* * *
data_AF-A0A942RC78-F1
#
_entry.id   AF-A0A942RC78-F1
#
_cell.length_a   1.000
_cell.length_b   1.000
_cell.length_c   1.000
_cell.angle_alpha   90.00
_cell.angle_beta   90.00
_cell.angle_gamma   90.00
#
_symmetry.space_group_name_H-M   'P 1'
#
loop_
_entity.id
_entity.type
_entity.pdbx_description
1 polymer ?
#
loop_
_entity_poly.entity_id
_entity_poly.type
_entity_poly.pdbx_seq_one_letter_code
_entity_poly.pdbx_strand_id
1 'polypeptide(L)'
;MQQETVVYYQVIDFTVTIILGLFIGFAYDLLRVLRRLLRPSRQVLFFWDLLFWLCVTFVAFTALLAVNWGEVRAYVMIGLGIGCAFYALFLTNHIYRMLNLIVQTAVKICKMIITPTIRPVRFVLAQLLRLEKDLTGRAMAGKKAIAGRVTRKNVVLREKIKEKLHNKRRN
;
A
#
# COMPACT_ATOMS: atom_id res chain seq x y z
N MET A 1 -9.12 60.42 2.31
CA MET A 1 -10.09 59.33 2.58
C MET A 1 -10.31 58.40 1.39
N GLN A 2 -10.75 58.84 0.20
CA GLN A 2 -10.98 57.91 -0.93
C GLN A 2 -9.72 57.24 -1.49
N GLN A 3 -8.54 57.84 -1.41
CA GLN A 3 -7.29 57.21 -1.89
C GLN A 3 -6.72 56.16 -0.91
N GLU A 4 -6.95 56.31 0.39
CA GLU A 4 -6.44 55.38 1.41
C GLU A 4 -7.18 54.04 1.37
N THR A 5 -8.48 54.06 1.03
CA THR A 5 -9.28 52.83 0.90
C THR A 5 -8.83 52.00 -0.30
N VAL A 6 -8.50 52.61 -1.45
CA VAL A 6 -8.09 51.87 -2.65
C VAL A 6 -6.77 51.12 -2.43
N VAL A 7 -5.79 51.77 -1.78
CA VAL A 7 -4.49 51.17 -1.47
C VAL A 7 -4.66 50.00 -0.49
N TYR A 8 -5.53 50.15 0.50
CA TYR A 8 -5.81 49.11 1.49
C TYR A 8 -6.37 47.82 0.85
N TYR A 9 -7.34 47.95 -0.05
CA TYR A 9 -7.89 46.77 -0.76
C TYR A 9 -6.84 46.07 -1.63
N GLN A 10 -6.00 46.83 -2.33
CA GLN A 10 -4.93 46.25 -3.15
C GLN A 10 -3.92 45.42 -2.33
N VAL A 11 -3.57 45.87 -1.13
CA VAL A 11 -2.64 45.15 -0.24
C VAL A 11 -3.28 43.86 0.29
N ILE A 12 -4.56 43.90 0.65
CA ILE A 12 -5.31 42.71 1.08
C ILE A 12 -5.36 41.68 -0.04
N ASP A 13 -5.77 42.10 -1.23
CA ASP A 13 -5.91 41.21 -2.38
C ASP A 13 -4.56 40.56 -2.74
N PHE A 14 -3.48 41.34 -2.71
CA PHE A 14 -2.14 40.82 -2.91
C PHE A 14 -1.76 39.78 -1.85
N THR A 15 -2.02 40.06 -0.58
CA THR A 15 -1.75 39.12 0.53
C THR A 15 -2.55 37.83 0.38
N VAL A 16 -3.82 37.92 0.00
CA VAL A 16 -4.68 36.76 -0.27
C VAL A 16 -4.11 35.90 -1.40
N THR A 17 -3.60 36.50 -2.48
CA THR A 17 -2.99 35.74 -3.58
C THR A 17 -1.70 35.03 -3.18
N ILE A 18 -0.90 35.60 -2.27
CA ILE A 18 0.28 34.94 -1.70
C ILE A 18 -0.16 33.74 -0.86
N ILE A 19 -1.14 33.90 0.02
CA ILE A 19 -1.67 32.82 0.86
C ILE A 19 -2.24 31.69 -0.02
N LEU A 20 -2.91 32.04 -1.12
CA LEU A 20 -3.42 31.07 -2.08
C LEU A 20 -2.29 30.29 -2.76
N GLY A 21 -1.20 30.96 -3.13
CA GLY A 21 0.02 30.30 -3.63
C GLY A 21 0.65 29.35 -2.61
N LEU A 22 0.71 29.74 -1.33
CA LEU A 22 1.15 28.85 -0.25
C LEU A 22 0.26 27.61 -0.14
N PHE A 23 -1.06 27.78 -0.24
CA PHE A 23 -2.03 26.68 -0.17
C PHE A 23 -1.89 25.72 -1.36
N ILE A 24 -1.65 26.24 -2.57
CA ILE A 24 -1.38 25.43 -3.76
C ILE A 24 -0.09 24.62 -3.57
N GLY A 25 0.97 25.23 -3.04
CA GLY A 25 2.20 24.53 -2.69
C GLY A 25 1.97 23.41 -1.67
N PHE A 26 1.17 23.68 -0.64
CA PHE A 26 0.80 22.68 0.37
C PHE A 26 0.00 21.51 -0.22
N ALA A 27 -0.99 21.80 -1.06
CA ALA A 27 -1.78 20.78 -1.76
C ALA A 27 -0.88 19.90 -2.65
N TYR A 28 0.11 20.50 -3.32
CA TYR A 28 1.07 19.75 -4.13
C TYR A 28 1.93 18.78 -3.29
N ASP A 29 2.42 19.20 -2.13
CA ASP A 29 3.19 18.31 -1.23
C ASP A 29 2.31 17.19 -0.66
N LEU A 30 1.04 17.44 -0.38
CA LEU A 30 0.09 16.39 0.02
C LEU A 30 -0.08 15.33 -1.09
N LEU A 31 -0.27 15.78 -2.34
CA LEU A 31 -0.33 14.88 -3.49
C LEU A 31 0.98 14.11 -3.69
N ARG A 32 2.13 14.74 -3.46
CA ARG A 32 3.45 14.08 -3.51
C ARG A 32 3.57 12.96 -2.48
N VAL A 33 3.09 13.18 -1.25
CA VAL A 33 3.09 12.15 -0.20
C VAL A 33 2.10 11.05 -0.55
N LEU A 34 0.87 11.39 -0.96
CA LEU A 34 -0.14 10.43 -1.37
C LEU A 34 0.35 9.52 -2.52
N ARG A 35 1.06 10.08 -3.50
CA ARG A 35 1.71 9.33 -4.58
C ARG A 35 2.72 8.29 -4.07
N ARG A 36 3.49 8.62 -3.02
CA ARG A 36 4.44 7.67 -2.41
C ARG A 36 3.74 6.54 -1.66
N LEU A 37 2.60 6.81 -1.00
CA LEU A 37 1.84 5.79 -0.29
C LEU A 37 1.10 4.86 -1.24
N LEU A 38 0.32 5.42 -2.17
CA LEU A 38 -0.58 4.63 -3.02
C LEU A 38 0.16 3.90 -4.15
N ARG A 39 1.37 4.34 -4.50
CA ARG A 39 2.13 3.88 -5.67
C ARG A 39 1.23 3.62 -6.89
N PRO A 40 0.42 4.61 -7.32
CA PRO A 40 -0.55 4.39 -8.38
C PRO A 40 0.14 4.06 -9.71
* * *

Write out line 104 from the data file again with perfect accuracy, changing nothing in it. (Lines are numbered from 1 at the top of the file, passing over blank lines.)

CA GLY A 25 2.20 24.53 -2.69